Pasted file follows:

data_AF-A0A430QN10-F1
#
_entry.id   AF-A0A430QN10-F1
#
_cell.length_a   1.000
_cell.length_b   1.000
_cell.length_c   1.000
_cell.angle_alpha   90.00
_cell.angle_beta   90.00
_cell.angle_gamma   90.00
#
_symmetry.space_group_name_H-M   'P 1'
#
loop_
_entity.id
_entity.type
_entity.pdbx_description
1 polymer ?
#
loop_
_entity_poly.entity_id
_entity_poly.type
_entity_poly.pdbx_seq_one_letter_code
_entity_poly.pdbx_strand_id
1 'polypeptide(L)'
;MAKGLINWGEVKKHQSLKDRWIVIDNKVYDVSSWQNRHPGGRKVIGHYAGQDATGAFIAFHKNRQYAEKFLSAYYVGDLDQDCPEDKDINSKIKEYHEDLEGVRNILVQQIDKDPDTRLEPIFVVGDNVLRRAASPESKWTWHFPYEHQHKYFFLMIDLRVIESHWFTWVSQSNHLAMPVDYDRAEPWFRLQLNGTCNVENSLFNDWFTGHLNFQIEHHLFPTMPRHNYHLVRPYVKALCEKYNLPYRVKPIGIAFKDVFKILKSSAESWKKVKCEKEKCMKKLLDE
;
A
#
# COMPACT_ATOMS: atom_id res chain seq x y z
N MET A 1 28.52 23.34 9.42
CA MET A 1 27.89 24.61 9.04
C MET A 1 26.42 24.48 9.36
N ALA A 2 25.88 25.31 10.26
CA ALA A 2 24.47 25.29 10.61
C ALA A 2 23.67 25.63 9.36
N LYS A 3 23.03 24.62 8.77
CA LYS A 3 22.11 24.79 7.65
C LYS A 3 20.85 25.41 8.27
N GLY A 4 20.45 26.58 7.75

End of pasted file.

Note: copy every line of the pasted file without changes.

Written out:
data_AF-A0A430QN10-F1
#
_entry.id   AF-A0A430QN10-F1
#
_cell.length_a   1.000
_cell.length_b   1.000
_cell.length_c   1.000
_cell.angle_alpha   90.00
_cell.angle_beta   90.00
_cell.angle_gamma   90.00
#
_symmetry.space_group_name_H-M   'P 1'
#
loop_
_entity.id
_entity.type
_entity.pdbx_description
1 polymer ?
#
loop_
_entity_poly.entity_id
_entity_poly.type
_entity_poly.pdbx_seq_one_letter_code
_entity_poly.pdbx_strand_id
1 'polypeptide(L)'
;MAKGLINWGEVKKHQSLKDRWIVIDNKVYDVSSWQNRHPGGRKVIGHYAGQDATGAFIAFHKNRQYAEKFLSAYYVGDLDQDCPEDKDINSKIKEYHEDLEGVRNILVQQIDKDPDTRLEPIFVVGDNVLRRAASPESKWTWHFPYEHQHKYFFLMIDLRVIESHWFTWVSQSNHLAMPVDYDRAEPWFRLQLNGTCNVENSLFNDWFTGHLNFQIEHHLFPTMPRHNYHLVRPYVKALCEKYNLPYRVKPIGIAFKDVFKILKSSAESWKKVKCEKEKCMKKLLDE
;
A
#
# COMPACT_ATOMS: atom_id res chain seq x y z
N MET A 1 28.52 23.34 9.42
CA MET A 1 27.89 24.61 9.04
C MET A 1 26.42 24.48 9.36
N ALA A 2 25.88 25.31 10.26
CA ALA A 2 24.47 25.29 10.61
C ALA A 2 23.67 25.63 9.36
N LYS A 3 23.03 24.62 8.77
CA LYS A 3 22.11 24.79 7.65
C LYS A 3 20.85 25.41 8.27
N GLY A 4 20.45 26.58 7.75